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Update: Etoll review panel too little too late?


LAST week we brought you news about Gauteng Premier, David Makhura’s decision to deploy an Etoll Review Panel, to assess the efficacy of the current system in collecting toll fees.

Since then a panel of 10 reviewers have been appointed, which include:

  • Muxe Nkondo (Chairman)
  • Patricia Hanekom
  • John Ngcebetsha
  • Vuyo Mahlathi 
  • Luci Abrahams
  • Fiona Tregenna 
  • Anna Mokgokong 
  • John Sampson
  • Lauretta Teffo
  • Chris Malikane

The remaining five were yet to be announced at the time of writing.

Business Day recently reported there’s little chance that the panel will scrap e-tolls altogether.  According to its website, the Department of Transport has made it clear that the system is here to stay. I have to say that I agree with this sentiment; all of the money pushed into the gantry infrastructure and those much-hated etoll buildings, will surely not go to waste.

As Business Day suggests, the panel will likely reduce tariffs and give the poorer road users a break. Last week I reported on the findings from WesBank on how people are struggling with personal mobility costs due to etolls and our ever increasing fuel price which is set to increase again at the end of July according to the AA. That’s not to mention the rise in the cost of living in general linked to the increased transport costs.

Now we have heard that Sanral has confirmed that the National Prosecuting Authority (NPA) has appointed two senior prosecutors to begin prosecuting those who have not paid their outstanding fees. One can only assume that everyone will rush off to pay their bills. However, the amount of time it will take to process all the millions of Rands owed, we may see the system scrapped.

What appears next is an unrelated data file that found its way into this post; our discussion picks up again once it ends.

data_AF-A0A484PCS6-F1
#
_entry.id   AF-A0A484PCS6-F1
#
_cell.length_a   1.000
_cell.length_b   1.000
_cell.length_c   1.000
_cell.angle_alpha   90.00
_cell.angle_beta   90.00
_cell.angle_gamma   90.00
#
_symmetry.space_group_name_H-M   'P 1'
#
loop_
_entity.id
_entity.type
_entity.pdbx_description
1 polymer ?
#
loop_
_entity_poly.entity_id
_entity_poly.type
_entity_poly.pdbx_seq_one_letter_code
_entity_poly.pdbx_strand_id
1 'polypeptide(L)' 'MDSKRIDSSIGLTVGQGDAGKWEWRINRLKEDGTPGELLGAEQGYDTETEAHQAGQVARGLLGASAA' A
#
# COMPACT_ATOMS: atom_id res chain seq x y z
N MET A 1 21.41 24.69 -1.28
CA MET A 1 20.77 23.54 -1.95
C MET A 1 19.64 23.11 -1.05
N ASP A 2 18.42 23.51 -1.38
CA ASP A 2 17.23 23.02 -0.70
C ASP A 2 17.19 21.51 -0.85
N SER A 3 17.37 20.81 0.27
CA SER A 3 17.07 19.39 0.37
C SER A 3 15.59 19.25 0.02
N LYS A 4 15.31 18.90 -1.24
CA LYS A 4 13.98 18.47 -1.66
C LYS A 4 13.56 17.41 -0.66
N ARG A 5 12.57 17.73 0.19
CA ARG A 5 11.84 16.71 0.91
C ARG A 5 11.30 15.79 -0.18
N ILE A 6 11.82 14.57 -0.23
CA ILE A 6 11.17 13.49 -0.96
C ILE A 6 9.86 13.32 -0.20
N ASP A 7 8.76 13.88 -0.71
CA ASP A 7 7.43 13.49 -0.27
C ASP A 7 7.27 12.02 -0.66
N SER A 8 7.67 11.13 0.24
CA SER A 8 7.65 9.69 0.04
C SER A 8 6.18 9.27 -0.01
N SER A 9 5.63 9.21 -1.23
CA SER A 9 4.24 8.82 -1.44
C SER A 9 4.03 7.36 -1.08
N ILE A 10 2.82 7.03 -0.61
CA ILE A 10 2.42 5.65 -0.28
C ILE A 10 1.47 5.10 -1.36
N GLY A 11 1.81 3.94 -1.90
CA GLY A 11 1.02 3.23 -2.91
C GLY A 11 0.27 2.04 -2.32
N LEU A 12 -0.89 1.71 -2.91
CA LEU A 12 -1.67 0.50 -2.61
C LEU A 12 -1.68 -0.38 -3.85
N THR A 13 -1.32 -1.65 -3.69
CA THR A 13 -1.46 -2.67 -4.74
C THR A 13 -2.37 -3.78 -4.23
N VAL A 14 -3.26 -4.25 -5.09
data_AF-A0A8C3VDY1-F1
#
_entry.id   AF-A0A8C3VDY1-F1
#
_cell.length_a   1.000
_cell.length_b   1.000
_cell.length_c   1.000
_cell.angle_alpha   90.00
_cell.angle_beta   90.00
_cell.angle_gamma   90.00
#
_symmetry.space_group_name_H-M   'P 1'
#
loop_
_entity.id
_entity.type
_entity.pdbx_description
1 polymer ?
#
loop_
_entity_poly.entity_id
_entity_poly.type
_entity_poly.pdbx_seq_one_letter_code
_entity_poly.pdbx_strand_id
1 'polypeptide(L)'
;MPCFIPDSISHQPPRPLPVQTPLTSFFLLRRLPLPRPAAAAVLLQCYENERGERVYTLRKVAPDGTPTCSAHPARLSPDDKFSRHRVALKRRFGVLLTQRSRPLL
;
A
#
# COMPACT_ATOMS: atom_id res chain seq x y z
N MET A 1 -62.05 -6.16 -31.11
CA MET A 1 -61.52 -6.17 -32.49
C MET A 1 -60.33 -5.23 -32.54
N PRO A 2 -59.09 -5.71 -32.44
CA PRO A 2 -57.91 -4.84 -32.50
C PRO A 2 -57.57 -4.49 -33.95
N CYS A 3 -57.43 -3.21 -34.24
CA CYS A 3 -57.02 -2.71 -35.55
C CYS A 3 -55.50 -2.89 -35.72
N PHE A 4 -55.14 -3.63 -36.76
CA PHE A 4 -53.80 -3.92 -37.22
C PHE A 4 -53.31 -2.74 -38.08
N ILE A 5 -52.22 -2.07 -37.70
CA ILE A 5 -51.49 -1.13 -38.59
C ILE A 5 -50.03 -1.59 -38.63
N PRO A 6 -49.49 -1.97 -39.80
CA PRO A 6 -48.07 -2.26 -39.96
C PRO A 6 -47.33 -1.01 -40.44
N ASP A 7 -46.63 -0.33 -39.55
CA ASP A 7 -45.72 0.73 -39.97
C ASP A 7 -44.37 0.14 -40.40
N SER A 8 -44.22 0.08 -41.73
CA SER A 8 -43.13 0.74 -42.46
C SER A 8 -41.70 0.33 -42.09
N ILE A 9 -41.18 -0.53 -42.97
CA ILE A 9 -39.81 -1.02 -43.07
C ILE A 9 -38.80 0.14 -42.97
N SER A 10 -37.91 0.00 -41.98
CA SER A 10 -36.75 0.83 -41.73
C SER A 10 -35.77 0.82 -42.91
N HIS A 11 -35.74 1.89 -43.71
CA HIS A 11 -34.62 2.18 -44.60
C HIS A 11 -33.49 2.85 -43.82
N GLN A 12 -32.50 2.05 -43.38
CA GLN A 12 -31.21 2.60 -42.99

The Opposition to Urban Tolling Alliance (Outa) has responded to this and said that Sanral should have waited until the review panel had published its findings in four months’ time. I have to agree with them on this one; how are people supposed to know what to do? Imagine the public outrage if they are forced to pay their outstanding fees only for the system to be scrapped, forcing them to pay yet again for the alternative funding method.

Outa has called on the public to help by raising more than R3-million in funds for their newly-launched Rule of Law campaign which aims to fight Sanral in court for prosecuting motorists.

Update 18 July 2014:

The NPA has announced that the two prosecutors who were recently assigned to the e-toll case are not there to prosecute those who haven’t paid, but have been deployed to investigate whether there are ground to prosecute those who haven’t paid.

 NPA’s Nathi Mncube told Eye Witness News, “We will then look into that matter on its own merit and make a decision on whether to prosecute or not,” he said.


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Article written by Sean Nurse
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